After this exchange they come upon a battle, where they see the decapitated corpse of a woman. Rónnat puts her son to the test: ‘Why dost thou not . . . see whether the Lord will resuscitate [the corpse] for thee?’ Adomnán prays, and the woman ‘rises up’. Rónnat again challenges her son:

‘Well now, Adomnán, to thee henceforward it is given to free the women of the western world. Neither drink nor food shall go into thy mouth until women have been freed by thee.’

She puts a chain around her son’s neck, puts a magical stone in his mouth to provide him with susten-ance and leaves him. This part of the story has parallels in the lives of other early saints who engage in a troscud (fast) against God until He grants their wishes. After some years have passed, and Adomnán has experienced further tortures, an angel takes him to the plain at Birr and makes a promise to him: ‘All things that you will ask, for the sake of thy labour thou shalt have from the Lord’. With this promise of God’s assistance, Adomnán goes about the preparation of his law.

The rationale for the law
What prompted Adomnán to create such a law, knowing that there would be, as Ní Dhonnchadha puts it, ‘widespread resistance’? Contemporary society was profoundly inegalitarian, with free and unfree grades, and status was determined in the main by nobility, wealth and high ecclesiastical office. Ní Dhonnchadha clearly states the difficulties that Adomnán faced:

‘He would have had to marshal his arguments in the face of a widely held perception, bolstered by the secular laws, that as an undifferentiated group, women were inferior to men’.

Many theories have been advanced to explain the rationale for such a fundamental departure from the status quo. These range from the political (Uí Néill tribal politics or Columban church politics) to the religious (the strength of Marian devotion), the humanitarian (‘true indignation at the hardships [women] endured’) and a devout desire for a more peaceful society.

The ‘church in the dunes’ at Forvie, Aberdeenshire, which is thought locally to have been founded by St Adomnán. Each year on 23 September, the feast of St Adomnán, pilgrims walk to the church from nearby villages and celebrate the Eucharist there. (Stephen Fisk)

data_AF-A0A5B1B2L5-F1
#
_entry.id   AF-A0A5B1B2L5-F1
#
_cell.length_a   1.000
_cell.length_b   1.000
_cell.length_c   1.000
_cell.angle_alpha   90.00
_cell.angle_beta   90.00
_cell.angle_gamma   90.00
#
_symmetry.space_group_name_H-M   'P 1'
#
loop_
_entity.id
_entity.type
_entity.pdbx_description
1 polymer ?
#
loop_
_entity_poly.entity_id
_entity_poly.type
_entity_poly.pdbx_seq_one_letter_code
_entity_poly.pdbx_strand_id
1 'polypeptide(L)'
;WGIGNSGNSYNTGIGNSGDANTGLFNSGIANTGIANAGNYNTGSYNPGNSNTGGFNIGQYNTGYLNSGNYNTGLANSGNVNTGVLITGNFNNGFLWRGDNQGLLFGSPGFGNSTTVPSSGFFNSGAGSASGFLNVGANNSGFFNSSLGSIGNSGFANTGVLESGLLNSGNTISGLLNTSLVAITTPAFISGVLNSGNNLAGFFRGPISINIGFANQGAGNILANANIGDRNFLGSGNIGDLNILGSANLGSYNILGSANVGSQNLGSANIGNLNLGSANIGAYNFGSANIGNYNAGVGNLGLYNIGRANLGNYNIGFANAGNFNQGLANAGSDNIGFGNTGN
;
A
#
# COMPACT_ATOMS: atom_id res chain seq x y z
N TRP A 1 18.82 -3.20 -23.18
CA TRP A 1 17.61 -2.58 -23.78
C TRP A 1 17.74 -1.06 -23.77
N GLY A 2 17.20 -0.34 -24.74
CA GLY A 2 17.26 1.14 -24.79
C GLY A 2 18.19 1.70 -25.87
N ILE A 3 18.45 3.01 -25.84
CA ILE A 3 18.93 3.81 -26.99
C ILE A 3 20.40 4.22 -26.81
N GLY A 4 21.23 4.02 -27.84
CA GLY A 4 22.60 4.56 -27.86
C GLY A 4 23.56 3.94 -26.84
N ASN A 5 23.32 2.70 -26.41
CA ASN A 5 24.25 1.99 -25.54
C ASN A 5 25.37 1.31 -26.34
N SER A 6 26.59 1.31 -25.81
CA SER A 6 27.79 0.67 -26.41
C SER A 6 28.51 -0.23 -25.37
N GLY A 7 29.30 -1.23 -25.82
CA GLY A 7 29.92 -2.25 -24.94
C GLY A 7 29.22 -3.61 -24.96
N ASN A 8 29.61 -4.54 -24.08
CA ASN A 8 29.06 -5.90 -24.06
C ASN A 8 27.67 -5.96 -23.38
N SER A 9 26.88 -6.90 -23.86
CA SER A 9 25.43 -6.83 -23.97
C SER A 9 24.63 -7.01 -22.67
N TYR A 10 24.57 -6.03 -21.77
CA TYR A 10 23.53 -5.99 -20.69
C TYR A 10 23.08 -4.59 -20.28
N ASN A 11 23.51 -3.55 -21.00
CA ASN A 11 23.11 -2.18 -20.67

The ‘church in the dunes’ at Forvie, Aberdeenshire, which is thought locally to have been founded by St Adomnán. Each year on 23 September, the feast of St Adomnán, pilgrims walk to the church from nearby villages and celebrate the Eucharist there. (Stephen Fisk)

Convincing evidence can be advanced for all of these views. In the secular political arena, it is clear that Adomnán’s Uí Néill lineage and kinship with Loingsech, king of Tara, left him well placed to promote his law to secular authorities. In addition, an alliance with such a widely respected and powerful churchman fostered the Uí Néill position in relation to the ‘exceptional’ kingship of Tara. Many commentators stress the benefit to the Columban familia emanating from enactment of the law, and the advantage it conferred on a community that had become less influential since the Synod of Whitby in 664. Episodes from Adomnán’s Life of Columba illustrate Adomnán’s genuine holiness and concern for the vulnerable. And, in keeping with the general tenor of the early Christian church in Ireland, the promotion of peace in a violent society was no doubt a fundamental factor. Thomas O’Loughlin, editor of Adomnán at Birr, says that peace was a primary motivator: ‘[the law] was a deliberate attempt to establish a more peaceful society’.

It is interesting to speculate on the role played by Adomnán’s mother Rónnat as put forward in the introductory tale. Could there be a grain of truth amongst the hyperbole? It is not unreasonable to imagine that Rónnat had some influence over her son in the private sphere, and that she used this influence to prompt him to do what she could not. This may be a will-o’-the-wisp, or it may be one more motivating factor for Adomnán in the creation of his astonishing law.

Máire O’Dwyer is a freelance editor and former solicitor.

Read More: The text
Penalties

Further reading

E. Bhreathnach, Ireland in the medieval world AD 400–1000 (Dublin, 2014).
F. Kelly, A guide to early Irish law (Dublin, 1988).
K. Meyer (ed. and trans.), Cáin Adamnáin: an Old-Irish treatise on the Law of Adamnan (Oxford, 1905).
T. O’Loughlin (ed.), Adomnán at Birr, 697 (Dublin, 2001).